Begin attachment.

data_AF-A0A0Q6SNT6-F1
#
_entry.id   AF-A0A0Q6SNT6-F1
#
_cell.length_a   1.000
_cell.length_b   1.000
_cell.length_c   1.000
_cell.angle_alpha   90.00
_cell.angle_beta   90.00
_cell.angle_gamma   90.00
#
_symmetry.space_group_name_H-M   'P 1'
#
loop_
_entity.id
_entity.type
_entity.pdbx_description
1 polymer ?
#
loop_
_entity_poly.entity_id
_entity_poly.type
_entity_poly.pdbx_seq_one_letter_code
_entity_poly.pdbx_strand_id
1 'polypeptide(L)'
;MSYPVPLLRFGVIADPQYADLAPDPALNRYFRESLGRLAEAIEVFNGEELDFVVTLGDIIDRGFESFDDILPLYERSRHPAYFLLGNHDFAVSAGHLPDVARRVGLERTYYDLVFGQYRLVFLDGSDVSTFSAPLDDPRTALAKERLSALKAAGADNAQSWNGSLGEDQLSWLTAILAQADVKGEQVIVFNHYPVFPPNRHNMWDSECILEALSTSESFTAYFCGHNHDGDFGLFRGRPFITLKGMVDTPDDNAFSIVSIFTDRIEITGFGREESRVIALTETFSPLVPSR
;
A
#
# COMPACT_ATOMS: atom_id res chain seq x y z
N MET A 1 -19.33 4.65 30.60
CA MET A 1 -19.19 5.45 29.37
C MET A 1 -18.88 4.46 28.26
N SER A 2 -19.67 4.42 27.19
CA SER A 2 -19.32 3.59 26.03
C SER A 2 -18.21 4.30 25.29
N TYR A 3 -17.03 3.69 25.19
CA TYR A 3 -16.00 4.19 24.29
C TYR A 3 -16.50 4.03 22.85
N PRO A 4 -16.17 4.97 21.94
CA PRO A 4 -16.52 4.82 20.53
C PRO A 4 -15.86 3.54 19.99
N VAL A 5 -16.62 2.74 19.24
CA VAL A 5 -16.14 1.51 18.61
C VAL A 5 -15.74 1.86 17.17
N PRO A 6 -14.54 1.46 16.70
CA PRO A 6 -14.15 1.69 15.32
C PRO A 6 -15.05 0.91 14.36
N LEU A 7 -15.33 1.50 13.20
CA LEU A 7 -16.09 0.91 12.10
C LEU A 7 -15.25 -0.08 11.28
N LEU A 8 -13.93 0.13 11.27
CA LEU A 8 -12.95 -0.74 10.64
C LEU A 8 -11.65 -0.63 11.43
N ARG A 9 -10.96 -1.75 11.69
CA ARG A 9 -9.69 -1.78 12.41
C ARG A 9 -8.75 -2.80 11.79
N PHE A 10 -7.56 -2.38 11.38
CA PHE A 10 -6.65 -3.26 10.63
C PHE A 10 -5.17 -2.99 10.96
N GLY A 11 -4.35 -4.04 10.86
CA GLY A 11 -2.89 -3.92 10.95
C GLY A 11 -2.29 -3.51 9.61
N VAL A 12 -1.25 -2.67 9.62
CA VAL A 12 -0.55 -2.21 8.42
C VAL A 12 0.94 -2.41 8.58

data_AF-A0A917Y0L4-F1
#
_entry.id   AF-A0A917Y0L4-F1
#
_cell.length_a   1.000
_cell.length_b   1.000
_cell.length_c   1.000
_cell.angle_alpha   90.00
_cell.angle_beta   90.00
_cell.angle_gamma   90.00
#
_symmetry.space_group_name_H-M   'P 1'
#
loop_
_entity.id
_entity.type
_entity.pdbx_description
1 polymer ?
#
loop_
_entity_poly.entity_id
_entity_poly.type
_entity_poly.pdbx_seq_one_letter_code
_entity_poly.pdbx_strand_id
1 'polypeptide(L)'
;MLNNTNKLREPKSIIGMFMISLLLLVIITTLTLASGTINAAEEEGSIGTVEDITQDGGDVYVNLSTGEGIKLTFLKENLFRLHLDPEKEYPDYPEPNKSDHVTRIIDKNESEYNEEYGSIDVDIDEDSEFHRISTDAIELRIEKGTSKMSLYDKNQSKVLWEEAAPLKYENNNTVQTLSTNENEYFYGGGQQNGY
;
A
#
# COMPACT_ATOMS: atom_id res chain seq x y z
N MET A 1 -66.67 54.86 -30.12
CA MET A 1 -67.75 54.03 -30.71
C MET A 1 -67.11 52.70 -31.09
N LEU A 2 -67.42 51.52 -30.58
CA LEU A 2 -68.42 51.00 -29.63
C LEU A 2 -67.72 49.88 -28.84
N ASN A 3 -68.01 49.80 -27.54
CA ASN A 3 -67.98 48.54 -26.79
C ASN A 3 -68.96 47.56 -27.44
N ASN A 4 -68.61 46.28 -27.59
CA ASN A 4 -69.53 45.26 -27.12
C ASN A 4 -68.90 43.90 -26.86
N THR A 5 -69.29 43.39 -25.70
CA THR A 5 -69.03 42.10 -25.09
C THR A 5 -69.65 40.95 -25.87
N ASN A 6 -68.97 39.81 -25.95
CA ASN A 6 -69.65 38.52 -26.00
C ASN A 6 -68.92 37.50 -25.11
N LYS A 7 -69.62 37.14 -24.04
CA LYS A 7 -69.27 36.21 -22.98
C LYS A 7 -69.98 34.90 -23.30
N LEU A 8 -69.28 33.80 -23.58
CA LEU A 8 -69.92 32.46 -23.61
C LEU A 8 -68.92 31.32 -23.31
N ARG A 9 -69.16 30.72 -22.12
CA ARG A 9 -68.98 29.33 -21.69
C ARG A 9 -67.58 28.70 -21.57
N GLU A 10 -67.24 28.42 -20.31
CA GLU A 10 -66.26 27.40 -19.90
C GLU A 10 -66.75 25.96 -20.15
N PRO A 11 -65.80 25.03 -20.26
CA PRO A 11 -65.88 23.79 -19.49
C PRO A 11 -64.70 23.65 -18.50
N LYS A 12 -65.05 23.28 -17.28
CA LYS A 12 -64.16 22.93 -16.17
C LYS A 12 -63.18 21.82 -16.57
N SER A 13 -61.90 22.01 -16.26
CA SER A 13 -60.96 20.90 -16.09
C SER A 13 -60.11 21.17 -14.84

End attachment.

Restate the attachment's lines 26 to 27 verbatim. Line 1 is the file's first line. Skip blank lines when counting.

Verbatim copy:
;MSYPVPLLRFGVIADPQYADLAPDPALNRYFRESLGRLAEAIEVFNGEELDFVVTLGDIIDRGFESFDDILPLYERSRHPAYFLLGNHDFAVSAGHLPDVARRVGLERTYYDLVFGQYRLVFLDGSDVSTFSAPLDDPRTALAKERLSALKAAGADNAQSWNGSLGEDQLSWLTAILAQADVKGEQVIVFNHYPVFPPNRHNMWDSECILEALSTSESFTAYFCGHNHDGDFGLFRGRPFITLKGMVDTPDDNAFSIVSIFTDRIEITGFGREESRVIALTETFSPLVPSR
;